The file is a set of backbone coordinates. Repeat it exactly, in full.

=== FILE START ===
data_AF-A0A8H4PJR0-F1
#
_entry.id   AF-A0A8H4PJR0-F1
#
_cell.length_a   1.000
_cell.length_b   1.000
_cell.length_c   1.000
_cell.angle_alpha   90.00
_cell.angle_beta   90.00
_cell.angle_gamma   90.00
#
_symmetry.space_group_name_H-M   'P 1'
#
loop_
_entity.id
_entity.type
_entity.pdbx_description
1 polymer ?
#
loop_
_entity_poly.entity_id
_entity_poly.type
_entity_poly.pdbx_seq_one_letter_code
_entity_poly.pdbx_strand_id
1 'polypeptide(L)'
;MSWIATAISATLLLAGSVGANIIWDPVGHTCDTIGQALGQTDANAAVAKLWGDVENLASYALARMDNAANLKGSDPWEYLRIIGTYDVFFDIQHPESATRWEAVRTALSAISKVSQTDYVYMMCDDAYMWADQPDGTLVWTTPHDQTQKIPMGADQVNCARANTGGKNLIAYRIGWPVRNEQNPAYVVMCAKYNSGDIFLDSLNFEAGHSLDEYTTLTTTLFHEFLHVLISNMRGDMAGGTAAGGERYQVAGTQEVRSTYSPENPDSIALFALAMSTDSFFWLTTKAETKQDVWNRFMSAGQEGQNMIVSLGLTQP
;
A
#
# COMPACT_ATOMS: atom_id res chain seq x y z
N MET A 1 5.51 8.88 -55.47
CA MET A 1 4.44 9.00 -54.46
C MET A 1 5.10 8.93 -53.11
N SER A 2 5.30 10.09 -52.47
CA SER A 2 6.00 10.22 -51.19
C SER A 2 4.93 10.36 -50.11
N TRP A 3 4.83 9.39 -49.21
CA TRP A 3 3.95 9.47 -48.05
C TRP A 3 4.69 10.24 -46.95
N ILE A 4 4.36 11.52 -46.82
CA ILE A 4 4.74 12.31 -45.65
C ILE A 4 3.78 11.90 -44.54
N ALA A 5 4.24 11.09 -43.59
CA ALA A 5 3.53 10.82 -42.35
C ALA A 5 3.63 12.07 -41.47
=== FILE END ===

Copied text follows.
data_AF-A0A8H4PJR0-F1
#
_entry.id   AF-A0A8H4PJR0-F1
#
_cell.length_a   1.000
_cell.length_b   1.000
_cell.length_c   1.000
_cell.angle_alpha   90.00
_cell.angle_beta   90.00
_cell.angle_gamma   90.00
#
_symmetry.space_group_name_H-M   'P 1'
#
loop_
_entity.id
_entity.type
_entity.pdbx_description
1 polymer ?
#
loop_
_entity_poly.entity_id
_entity_poly.type
_entity_poly.pdbx_seq_one_letter_code
_entity_poly.pdbx_strand_id
1 'polypeptide(L)'
;MSWIATAISATLLLAGSVGANIIWDPVGHTCDTIGQALGQTDANAAVAKLWGDVENLASYALARMDNAANLKGSDPWEYLRIIGTYDVFFDIQHPESATRWEAVRTALSAISKVSQTDYVYMMCDDAYMWADQPDGTLVWTTPHDQTQKIPMGADQVNCARANTGGKNLIAYRIGWPVRNEQNPAYVVMCAKYNSGDIFLDSLNFEAGHSLDEYTTLTTTLFHEFLHVLISNMRGDMAGGTAAGGERYQVAGTQEVRSTYSPENPDSIALFALAMSTDSFFWLTTKAETKQDVWNRFMSAGQEGQNMIVSLGLTQP
;
A
#
# COMPACT_ATOMS: atom_id res chain seq x y z
N MET A 1 5.51 8.88 -55.47
CA MET A 1 4.44 9.00 -54.46
C MET A 1 5.10 8.93 -53.11
N SER A 2 5.30 10.09 -52.47
CA SER A 2 6.00 10.22 -51.19
C SER A 2 4.93 10.36 -50.11
N TRP A 3 4.83 9.39 -49.21
CA TRP A 3 3.95 9.47 -48.05
C TRP A 3 4.69 10.24 -46.95
N ILE A 4 4.36 11.52 -46.82
CA ILE A 4 4.74 12.31 -45.65
C ILE A 4 3.78 11.90 -44.54
N ALA A 5 4.24 11.09 -43.59
CA ALA A 5 3.53 10.82 -42.35
C ALA A 5 3.63 12.07 -41.47